Announcing a second year of pilots to move subject-level TEF a step closer, Sam Gyimah, Minister of State (Universities and Science), has confirmed the new pilots will also look at grade inflation, with TEF panellists reviewing evidence to see whether universities are taking a responsible approach to degree grading and not awarding excessive numbers of firsts and 2:1s. It means a university’s provider-level rating of gold, silver or bronze will take their approach to tackling grade inflation into account.

Grade inflation will be an important feature of the criteria considered alongside how a university is stretching its students through course design and assessment, and through their ability to develop independence, knowledge and skills that reflect their full potential. 

This is one of the first measures taken by the government to tackle grade inflation, with the plans confirmed in the government’s response to the subject-level TEF consultation.

In the last five years alone, figures from the Higher Education Stats Authority show the proportion of graduates who gained a first-class degree has increased from 18% in 2012/13 to 26% in 2016/17.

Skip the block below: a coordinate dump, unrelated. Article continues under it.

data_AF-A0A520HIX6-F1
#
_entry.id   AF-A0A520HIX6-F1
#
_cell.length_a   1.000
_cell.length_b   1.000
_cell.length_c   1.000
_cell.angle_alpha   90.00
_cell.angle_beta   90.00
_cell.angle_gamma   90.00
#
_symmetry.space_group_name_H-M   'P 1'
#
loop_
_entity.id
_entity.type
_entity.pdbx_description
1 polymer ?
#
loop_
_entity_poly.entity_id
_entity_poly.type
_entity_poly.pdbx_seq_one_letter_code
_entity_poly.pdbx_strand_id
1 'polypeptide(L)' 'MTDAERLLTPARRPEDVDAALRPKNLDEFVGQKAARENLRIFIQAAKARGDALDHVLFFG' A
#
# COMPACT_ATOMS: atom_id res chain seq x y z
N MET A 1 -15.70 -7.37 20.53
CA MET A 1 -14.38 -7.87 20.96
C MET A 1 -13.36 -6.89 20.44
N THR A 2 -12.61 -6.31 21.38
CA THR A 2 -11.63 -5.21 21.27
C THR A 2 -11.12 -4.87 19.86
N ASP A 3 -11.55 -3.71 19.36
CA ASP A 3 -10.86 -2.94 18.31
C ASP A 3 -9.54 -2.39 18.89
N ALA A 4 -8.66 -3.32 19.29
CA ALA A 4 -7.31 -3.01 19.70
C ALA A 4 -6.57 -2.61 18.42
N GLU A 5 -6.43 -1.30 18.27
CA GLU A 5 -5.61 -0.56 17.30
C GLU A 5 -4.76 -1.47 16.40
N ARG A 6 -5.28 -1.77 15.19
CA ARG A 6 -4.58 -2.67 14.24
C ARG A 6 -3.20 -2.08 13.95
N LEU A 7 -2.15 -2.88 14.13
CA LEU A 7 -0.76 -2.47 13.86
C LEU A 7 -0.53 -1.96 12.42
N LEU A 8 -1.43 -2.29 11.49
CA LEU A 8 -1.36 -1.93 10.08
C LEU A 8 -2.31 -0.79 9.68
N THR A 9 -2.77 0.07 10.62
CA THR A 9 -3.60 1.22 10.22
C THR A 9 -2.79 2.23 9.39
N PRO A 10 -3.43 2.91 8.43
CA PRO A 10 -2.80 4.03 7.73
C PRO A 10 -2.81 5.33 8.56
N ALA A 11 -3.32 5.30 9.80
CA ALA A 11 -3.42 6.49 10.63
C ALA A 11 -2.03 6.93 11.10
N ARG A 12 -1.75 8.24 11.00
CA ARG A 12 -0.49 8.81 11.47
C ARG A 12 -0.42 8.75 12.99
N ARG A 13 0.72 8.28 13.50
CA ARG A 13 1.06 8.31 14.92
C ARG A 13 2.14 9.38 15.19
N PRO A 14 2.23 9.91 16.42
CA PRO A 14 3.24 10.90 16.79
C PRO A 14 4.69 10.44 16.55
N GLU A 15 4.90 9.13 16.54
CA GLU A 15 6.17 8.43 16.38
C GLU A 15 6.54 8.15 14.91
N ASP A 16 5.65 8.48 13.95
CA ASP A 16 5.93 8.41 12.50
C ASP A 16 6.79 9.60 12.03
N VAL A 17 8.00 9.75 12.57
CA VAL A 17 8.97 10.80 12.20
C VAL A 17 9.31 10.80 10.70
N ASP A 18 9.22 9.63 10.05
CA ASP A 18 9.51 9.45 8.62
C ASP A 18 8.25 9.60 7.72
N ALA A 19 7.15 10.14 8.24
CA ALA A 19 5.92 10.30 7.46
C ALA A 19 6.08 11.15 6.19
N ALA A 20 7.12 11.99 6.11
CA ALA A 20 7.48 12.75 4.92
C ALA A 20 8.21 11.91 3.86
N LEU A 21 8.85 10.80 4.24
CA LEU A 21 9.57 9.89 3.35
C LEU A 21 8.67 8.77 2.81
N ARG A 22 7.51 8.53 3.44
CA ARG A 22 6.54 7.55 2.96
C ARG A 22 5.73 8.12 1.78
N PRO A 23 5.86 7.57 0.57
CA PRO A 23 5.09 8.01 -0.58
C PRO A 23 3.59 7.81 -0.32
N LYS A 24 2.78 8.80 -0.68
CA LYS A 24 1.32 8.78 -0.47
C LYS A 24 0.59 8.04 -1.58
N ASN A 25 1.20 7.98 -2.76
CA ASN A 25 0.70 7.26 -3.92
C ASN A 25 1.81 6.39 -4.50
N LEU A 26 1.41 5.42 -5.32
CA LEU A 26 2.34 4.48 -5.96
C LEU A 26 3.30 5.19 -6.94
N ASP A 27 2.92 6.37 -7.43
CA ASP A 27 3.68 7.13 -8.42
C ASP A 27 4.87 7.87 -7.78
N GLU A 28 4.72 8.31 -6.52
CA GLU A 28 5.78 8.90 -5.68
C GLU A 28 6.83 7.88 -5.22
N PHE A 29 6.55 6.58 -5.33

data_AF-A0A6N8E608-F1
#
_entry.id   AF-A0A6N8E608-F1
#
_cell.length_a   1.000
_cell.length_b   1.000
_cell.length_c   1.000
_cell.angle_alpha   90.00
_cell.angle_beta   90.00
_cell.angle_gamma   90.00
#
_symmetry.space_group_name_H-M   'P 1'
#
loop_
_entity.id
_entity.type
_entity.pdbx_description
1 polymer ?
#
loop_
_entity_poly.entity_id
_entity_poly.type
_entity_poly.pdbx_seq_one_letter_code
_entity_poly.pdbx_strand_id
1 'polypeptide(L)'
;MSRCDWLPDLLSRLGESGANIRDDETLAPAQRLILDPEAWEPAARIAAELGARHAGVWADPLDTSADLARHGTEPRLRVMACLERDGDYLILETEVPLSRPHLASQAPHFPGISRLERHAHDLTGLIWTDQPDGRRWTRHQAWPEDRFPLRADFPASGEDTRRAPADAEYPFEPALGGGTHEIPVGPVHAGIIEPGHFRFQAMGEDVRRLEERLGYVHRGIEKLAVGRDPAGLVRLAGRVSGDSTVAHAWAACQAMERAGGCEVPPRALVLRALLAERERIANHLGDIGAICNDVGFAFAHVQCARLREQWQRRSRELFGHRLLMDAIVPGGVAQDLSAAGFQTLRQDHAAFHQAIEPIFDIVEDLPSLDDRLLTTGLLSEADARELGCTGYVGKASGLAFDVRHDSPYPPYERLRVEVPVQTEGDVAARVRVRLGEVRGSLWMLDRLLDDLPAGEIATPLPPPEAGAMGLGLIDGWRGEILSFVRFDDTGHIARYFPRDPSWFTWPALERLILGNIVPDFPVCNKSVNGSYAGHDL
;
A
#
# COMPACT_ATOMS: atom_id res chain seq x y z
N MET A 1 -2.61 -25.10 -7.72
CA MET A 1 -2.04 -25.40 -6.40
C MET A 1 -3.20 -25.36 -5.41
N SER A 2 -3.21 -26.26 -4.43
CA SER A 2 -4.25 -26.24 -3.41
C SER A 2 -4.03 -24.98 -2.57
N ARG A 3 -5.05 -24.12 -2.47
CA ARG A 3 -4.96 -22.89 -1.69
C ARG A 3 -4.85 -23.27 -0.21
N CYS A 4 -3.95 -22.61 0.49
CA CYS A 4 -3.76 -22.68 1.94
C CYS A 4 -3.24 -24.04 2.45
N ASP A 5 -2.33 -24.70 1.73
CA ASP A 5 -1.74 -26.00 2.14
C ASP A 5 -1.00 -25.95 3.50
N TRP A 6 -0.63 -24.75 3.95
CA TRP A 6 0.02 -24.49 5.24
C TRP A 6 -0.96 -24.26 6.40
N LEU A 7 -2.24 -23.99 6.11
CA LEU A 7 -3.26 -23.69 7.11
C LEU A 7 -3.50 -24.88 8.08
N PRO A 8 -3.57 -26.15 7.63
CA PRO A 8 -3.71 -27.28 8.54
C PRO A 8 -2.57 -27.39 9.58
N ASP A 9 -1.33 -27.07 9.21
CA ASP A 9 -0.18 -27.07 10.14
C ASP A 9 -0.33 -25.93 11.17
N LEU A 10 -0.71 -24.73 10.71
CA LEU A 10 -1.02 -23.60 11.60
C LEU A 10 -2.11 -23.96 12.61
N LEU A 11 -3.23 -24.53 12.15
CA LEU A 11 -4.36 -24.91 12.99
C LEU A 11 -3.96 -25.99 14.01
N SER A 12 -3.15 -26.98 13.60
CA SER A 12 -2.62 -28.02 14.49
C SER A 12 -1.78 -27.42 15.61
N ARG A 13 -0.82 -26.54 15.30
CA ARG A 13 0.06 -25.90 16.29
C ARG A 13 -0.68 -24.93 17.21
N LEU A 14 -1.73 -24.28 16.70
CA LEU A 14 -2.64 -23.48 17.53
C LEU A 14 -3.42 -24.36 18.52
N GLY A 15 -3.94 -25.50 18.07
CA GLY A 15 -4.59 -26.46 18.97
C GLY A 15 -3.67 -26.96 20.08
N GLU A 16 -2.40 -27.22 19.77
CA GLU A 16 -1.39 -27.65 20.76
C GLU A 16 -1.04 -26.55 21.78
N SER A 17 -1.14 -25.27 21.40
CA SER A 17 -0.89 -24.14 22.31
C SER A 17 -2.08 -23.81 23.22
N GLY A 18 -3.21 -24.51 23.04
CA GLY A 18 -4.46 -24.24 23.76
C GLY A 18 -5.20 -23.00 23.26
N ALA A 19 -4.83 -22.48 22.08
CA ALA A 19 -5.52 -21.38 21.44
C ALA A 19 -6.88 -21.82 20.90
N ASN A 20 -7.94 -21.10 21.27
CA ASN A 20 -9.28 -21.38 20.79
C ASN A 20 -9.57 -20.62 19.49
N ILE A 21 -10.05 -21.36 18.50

Universities Minister Sam Gyimah said "When you look at what makes our universities so prestigious, it comes down to the value of our degrees – they open up a huge range of opportunities and the chance to step into a rewarding and highly-skilled career.

The value of those degrees is threatened by grade inflation and that is a problem for students, employers and the universities themselves. These new measures will look at how we can protect our globally recognised higher education system by discouraging universities from undermining the reverence a degree qualification from the UK commands."

Friday, 19 October 2018

MPs Call For a Costed 10 Year Plan For Social Care

MPs sitting on the Public Accounts Committee have called for a costed 10-year plan for social care to developed to sit along side the government's 10-year plan for the NHS.